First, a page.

Saturday, December 26, 2009

The Morning After

This morning after Christmas Day, I'm sipping coffee from a Black Dog pottery mug given me by my dog and cat. How they manage to get out and do any shopping always amazes me. People often comment, with a smile, when they see my dog sitting in the driver's seat of the car, "Who's your chauffeur?" Either there's more to this than a joke or the two of them have figured out how to call United Parcel Service.

What's even more amazing is their choice: it's precisely the same mug I admired a few days ago and said nothing about. The Black Dog is a tavern located on Martha's Vineyard, a little island off the coast of Massachusetts, and you can purchase a variety of items, including sweatshirts like the one they also gave me, emblazoned with their logo . I'm assuming, however, that both came from the Black Dog store located in the Old Port. The cat gets sea sick enough just driving in the car -- I can only imagine what he would have been like taking the ferry out to the Vineyard.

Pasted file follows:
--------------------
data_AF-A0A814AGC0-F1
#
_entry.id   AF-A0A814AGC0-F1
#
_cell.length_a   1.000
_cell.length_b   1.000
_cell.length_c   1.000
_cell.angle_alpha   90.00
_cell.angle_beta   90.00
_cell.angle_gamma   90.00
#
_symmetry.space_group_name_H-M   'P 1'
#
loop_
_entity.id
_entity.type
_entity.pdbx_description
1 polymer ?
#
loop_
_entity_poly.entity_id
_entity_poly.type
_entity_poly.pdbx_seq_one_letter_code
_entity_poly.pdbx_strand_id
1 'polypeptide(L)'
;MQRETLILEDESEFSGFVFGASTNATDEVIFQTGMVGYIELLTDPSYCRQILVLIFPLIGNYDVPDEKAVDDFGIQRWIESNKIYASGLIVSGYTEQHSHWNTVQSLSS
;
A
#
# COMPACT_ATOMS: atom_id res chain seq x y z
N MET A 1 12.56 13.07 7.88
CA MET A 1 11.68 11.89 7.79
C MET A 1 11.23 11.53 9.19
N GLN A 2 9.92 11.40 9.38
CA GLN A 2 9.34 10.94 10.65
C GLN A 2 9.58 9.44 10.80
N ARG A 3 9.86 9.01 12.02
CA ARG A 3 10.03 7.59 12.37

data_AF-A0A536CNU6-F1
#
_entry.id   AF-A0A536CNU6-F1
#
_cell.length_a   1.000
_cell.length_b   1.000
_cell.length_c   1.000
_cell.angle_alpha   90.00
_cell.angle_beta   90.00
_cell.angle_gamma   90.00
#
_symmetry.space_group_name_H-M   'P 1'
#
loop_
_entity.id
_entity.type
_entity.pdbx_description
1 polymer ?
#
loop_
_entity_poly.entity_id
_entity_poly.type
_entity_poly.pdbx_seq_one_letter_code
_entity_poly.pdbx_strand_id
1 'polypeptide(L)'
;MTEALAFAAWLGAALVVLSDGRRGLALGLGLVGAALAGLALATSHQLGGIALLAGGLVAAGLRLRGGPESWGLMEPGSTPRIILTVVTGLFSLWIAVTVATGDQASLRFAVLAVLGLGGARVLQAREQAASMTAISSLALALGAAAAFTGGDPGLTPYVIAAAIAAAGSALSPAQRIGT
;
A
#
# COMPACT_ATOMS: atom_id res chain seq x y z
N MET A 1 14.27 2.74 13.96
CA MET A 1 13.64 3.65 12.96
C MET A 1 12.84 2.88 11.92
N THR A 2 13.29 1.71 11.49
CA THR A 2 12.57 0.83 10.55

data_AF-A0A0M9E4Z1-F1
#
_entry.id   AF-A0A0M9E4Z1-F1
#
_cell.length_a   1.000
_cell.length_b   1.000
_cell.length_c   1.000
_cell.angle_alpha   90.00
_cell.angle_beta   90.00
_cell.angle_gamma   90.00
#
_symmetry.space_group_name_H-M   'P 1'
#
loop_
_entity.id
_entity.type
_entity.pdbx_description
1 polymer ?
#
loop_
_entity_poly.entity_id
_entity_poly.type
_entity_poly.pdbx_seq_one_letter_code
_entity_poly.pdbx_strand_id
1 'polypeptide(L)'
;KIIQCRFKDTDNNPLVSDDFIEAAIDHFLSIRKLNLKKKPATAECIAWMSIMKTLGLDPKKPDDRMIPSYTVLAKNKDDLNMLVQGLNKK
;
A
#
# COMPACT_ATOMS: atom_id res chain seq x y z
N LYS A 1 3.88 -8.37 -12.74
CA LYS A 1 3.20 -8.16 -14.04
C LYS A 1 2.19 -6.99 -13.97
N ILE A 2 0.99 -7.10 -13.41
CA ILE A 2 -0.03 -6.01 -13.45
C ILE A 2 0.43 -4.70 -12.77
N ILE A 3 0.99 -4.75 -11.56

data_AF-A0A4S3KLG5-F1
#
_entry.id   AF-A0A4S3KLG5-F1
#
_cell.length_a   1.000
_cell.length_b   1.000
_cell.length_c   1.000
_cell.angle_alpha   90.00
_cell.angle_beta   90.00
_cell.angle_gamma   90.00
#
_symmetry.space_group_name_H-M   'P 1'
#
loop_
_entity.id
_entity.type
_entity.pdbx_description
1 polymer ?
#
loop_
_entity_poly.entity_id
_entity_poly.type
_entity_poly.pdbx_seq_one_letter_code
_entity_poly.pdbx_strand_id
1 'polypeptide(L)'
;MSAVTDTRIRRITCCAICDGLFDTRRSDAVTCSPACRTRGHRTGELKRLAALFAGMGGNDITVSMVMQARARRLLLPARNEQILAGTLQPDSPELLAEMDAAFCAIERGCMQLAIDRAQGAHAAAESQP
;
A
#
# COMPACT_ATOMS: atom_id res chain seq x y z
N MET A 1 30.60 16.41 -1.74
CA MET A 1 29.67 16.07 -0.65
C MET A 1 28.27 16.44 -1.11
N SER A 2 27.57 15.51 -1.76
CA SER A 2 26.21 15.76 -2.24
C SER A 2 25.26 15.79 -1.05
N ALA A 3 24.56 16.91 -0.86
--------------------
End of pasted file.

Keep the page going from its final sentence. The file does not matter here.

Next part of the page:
On the other hand, it's also possible they contacted a more Northern Source. Christmas morning, they're both difficult to rouse and I've long suspected they were up late socializing after I've called it a night. I say this because the eggnog and cookies I left for Santa (well out of the reach of canine and feline snackers) were gone yesterday when I got up. That still doesn't explain how they managed to choose the one I liked.

You're probably chuckling over all of this as am I. But it really has a deeper purpose. If the road to hell is lined with good intentions, as I mentioned a few days ago, then cynicism is its doormat. Disillusionment is not the necessary corollary of adulthood and maturity. We all experience disappointments and loss, but becoming hard of heart and having our vision of life and the world darkened until we watch, suspiciously, for pain and hurt at every turn is tragic.

Any blow struck for goodness is always, always better than giving into despair. To paraphrase the 16th century church reformer, Martin Luther, the devil flees in the face of our laughter. Obviously, humor alone isn't going to solve the world's problems, but the optimism that lies beneath it and suffuses into our ways of thinking and dealing with one another can be transforming. Speaking for myself, I can always use more of that.

(Photo of Black Dog pottery mug by the author)

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